FOX 2 - Three individuals received a special honor for going above and beyond when it comes to connecting communities, and promoting progress and understanding in Metro Detroit.
The Shining Light Awards were created by the Detroit Free Press and "MAC" - The Metropolitan Affairs Coalition. They are named in honor of Neal Shine - former publisher and editor of the Detroit Free Press, who passed away in 2007. During his long career, he was known for his commitment to our community.
Thursday morning, three people with that same commitment were honored for their work and leadership. Beaumont Dr. Asha Shajahan is one of them - but admits medicine wasn't her goal at first as she was growing up.
"I was one of those people who wanted to be everything other than a doctor probably," she said. "I wanted to be a teacher, I wanted to be a weather girl, then I wanted to be an engineer – but I always loved people."
Dr. Shajahan remembers when her path became clear. The Northville native attended Nebraska's Creighton University and would often volunteer in underserved areas.
The pivotal moment for her came when she helped a homeless woman suffering from diabetes and had no way to treat it.
Beaumont Dr. Asha Shajahan
"She couldn’t afford care and I think that really struck me her issue wasn’t diet and exercise – she didn’t have a frig to store her insulin," Shajahan said. "That really got me into the social determinants of health."
Leaning how our social circumstances drive our health outcomes - she was determined to make a difference. Using her passion for people and community service Dr. Shajahan became a board-certified family physician.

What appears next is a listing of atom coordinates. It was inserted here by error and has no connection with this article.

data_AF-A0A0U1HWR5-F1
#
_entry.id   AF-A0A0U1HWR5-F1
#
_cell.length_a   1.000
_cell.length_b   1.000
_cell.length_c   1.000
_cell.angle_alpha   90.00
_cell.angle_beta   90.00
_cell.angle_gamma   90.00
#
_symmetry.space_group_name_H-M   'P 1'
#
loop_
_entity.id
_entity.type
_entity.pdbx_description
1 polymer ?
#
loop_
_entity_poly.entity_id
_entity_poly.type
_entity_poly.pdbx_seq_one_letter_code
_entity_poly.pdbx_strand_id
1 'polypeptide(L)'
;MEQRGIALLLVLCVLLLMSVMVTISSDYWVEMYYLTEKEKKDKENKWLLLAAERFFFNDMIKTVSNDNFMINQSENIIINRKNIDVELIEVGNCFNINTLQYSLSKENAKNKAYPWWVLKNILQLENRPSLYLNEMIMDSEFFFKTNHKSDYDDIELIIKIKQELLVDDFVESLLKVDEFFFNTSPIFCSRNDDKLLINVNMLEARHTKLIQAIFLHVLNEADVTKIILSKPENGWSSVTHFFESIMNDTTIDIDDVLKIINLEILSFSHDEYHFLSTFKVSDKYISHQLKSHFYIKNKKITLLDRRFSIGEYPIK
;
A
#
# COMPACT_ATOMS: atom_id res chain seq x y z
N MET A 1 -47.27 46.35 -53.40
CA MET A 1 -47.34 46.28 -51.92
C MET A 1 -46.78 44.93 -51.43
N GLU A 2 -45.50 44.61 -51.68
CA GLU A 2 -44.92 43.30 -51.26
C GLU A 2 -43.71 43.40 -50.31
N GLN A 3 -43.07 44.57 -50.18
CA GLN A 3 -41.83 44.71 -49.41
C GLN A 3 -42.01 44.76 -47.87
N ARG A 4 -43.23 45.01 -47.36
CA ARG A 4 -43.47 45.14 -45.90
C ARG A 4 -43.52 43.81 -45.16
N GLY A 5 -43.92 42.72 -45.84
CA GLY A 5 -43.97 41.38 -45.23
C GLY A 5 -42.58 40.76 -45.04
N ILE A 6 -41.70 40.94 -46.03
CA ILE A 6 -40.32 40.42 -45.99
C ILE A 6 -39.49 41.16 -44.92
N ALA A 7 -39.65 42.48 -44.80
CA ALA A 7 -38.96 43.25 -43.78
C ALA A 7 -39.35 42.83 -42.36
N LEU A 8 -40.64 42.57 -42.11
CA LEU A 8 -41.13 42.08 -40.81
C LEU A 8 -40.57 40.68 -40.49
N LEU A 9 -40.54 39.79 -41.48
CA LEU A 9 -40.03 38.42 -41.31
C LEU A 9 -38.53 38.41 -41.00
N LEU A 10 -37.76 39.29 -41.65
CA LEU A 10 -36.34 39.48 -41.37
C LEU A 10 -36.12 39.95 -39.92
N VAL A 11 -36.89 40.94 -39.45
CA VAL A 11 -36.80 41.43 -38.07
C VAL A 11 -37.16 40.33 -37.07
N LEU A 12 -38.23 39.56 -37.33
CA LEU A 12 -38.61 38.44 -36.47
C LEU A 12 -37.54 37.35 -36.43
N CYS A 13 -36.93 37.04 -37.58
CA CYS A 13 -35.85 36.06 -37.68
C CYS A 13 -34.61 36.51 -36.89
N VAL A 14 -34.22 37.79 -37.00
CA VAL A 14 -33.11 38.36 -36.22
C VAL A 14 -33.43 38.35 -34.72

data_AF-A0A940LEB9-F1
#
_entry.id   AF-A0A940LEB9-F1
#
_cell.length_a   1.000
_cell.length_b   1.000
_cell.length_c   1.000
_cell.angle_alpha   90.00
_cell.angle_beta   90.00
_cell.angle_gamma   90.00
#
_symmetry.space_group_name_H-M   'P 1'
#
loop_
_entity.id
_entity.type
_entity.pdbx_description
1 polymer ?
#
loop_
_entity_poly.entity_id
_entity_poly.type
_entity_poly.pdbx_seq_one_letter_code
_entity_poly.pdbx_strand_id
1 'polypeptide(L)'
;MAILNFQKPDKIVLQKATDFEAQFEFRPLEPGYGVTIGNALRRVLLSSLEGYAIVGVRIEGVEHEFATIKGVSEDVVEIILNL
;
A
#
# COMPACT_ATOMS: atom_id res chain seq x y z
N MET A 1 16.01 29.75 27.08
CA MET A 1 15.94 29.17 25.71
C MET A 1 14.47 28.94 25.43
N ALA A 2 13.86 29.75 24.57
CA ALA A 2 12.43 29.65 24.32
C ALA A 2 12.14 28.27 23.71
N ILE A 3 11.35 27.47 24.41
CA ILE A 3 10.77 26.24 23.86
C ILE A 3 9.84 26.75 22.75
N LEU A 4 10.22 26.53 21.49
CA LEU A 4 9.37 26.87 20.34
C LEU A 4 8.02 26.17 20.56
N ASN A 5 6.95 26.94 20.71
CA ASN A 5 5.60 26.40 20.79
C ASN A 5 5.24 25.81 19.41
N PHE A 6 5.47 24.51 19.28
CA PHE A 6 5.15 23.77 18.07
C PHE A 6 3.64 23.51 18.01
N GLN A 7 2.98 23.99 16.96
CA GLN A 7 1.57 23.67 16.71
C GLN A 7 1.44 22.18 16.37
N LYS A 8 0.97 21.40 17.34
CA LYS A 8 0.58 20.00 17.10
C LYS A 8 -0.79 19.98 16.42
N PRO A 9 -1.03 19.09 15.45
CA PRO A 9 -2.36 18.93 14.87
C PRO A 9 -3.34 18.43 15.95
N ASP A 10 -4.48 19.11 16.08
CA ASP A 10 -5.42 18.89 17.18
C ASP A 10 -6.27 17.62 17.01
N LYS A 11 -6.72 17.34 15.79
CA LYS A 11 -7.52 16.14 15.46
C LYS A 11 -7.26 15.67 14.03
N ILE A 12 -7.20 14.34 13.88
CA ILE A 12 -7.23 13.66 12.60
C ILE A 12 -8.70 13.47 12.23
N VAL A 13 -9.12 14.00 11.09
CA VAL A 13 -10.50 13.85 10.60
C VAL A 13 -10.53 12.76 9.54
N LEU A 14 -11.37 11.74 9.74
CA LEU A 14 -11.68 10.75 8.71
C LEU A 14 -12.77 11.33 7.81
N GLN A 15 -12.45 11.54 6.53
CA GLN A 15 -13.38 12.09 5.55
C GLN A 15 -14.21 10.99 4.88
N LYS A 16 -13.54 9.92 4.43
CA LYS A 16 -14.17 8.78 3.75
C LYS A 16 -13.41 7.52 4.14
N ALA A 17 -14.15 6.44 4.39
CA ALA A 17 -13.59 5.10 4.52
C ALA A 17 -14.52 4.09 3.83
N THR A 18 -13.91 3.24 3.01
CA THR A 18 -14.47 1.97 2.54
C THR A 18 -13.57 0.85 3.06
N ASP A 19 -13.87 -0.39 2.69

The selfless doctor leaves little time for herself as the medical director for Beaumont Hospital in Grosse Pointe and the East Area Family Practice in Roseville.
She also practices what she preaches - Dr. Shajahan teaches medical residents about health equity, while she spends countless volunteer hours treating the homeless population at the Pope Francis Center in downtown Detroit.
When the shelter closed during Covid, she took her medical care to the streets - literally.
Beaumont Dr. Asha Shajahan volunteering at the height of Covid.
"It was a no-brainer," she said. "I wasn’t sitting there thinking what can I do to help, it was like let’s go, let’s do this.
"I was there during the day four days a week in the height of Covid, we didn't have vaccines, no PPE, and at night I would work at the hospital."
But her work isn't over, Dr. Shajahan's latest mission is to dispel myths and provide accurate information about the Covid vaccine.
It's Dr. Shajahan's patient care, compassion for our vulnerable populations, and tireless efforts to close healthcare gaps and educate those around her, that earned her the Eleanor Josaitis Unsung Hero Award.
It is named after the co-founder of Focus: HOPE who spent her life, fighting injustice, poverty, and racism.
Beaumont Dr. Asha Shajahan.
"Being affiliated with that name is so humbling - she has done so much work for the underserved for her lifetime," Shajahan said. "It is such an honor.
"I didn’t understand what it was for, because I was just doing what I would do. I didn’t feel like I was going above and beyond."
FOX 2: "You have done so much work – but in your opinion what work is left to be done?"
"We need to get this country vaccinated we have to get rid of this virus," she said. "It’s not going to go away. we need to educate people."
Beaumont Dr. Asha Shajahan was chosen for the Eleanor Josaitis Unsung Hero Award.